We have compiled lots of information on this site, from traveler's journals collected by the State Museum, interviews conducted by Rufus Grider, and the observations of visitors to the site at various time in the past.
We have also discovered a fair amount of contradiction in those accounts; some describing the paintings as patches, some as a canoe with seven warriors, some as two canoes and a line of Indians, and others not seeing any painting on the rock at all.
If we tabulate these reports, we find the following:
One would be tempted to say there had been one type of pictograph present in the 1790s and up to about 1820, and then another, more elaborate painting from around the 1830s to perhaps the 1860s, when all trace of the pictures vanished.
And we would see in the accounts ample evidence that the images were repainted or refreshed throughout this period; and perhaps re-interpreted as they were repainted.
We don't really know if a water-soluble Native pigment made from ground stone was used, which would quickly weather away, or some form of grease paint. Perhaps it was even a modern oil based paint, which would have a greater life span on an exposed rock face. If the designs were refreshed during the late eighteenth and early nineteenth centuries, it is likely the latter, especially if done by boatmen.
The transient nature of Indian rock painting in the American Northeast provides few examples to be observed, recorded and compared in modern times. The most accurately depicted Native pictograph in New York State was photographed in the 1920s on a rock face in St. Lawrence County, at Black Lake near Cedars. Published in a State Museum Bulletin in 1922, the photograph of this pictograph was tinted for publication to show the areas of painting (below).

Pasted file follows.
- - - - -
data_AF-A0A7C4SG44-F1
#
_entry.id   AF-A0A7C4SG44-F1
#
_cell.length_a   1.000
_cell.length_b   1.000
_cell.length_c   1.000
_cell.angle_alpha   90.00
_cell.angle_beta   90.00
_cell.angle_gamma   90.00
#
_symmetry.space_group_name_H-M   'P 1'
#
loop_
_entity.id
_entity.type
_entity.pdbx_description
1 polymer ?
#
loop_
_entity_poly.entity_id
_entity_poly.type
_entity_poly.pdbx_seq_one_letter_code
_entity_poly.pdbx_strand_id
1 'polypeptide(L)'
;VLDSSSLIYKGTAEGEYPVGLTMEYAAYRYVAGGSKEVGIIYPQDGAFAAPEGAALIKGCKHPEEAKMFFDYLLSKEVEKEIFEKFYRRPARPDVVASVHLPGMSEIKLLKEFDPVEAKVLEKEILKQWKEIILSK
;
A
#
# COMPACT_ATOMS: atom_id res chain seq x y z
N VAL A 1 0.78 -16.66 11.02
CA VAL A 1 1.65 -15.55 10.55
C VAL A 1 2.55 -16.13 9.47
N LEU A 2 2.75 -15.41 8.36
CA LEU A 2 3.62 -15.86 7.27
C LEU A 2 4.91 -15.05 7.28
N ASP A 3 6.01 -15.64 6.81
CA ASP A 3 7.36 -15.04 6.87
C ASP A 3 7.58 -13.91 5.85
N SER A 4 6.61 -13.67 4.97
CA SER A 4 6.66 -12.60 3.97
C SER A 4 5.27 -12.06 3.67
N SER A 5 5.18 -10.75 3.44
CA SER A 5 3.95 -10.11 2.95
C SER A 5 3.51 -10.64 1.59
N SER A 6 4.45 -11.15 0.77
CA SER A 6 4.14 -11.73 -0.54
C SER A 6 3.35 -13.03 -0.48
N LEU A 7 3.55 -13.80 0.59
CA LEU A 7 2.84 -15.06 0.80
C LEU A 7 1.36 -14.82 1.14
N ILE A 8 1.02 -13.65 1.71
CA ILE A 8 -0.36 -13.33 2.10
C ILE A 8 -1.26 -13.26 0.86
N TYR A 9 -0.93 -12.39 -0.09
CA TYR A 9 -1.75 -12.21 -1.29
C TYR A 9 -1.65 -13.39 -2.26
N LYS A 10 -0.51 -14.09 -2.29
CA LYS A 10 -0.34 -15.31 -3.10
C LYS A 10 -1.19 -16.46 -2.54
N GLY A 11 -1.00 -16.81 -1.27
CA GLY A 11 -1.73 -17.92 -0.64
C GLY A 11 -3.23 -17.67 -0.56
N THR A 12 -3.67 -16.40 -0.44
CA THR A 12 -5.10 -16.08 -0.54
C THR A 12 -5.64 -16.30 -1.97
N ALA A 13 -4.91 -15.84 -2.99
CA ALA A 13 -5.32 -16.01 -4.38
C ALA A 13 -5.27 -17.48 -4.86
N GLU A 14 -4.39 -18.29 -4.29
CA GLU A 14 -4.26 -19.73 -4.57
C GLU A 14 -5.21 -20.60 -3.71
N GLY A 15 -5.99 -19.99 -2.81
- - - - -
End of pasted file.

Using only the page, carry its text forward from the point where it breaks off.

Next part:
The rock face closely resembles that of the Painted Rocks at Amsterdam in scale and texture, and one can see in this case how easily these surviving remnants could be mis-interpreted.
A much earlier report, published by the State Regents in 1851, provides glimpses of three pictographs, along the St. Lawrence River, that more closely resemble those at Amsterdam, both in design and in situation.
The one at Oak Point (above) was located on a rock face on the river bank in a situation nearly identical to that at the Painted Rocks on the Mohawk and is interpreted to show a canoe with 35 persons in it, and a cross. (Click on image for closer look.)
The other two (below), on a rock face opposite the village of Morristown, were observed about three feet above the water surface and about 800 feet apart, executed in red and standing about a foot tall. (The pictographic portion of the published images from 1851 have been colored here for emphasis.)
Whether the pictures at Amsterdam were repainted by Native artists or by curious boatmen, the apparent difference of opinion as to what they represented was probably rooted in the observer more than the pictograph. If we look at a typical pictograph recorded on a rock face in Ontario (see top of this page) we can perhaps imagine what the average observer saw at Amsterdam - a design nearly weathered away and open to interpretation, with what appears to be a refreshed image of a later date stuck on beside it.
It is more than likely that Grider's drawings of 1887 capture some terminal phase of a process that might have gone on for many decades during which images were drawn, weathered nearly away, interpreted and redrawn, perhaps added to, and later redrawn again.
What must not be missed in all of this is that this outcrop of rock represents more than the location of a lost bit of early and perhaps Native art. It is a book - a place where people recorded their history using the tools and methods that they had at their disposal in ways in which they were accustomed. It is truly a place of history - for history is the act of committing the events of one's experience to written form so that they will be remembered.
At this site - The Painted Rocks of the Mohawk - the words may have washed away, but the pages remain. And thanks to the efforts of Rufus Grider, a century ago, this place will be remembered.